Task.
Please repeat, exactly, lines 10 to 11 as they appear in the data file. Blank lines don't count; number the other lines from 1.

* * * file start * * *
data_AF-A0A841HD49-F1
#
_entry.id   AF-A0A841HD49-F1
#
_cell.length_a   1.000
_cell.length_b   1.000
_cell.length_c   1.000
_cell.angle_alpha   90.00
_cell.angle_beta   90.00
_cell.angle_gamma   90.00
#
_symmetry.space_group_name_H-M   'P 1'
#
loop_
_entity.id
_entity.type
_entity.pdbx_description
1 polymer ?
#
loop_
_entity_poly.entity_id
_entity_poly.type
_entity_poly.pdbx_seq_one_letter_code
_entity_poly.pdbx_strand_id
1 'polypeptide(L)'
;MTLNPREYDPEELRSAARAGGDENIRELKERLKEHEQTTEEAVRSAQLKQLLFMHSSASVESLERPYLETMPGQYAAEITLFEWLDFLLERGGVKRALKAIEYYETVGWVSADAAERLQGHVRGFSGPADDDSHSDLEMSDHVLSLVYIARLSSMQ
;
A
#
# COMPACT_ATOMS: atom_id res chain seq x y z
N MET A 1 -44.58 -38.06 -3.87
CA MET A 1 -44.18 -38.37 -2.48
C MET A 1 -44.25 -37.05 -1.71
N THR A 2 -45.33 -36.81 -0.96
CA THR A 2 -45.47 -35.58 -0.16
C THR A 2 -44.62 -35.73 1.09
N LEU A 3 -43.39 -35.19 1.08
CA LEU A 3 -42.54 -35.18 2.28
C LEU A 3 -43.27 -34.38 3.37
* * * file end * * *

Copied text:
_cell.angle_gamma   90.00
#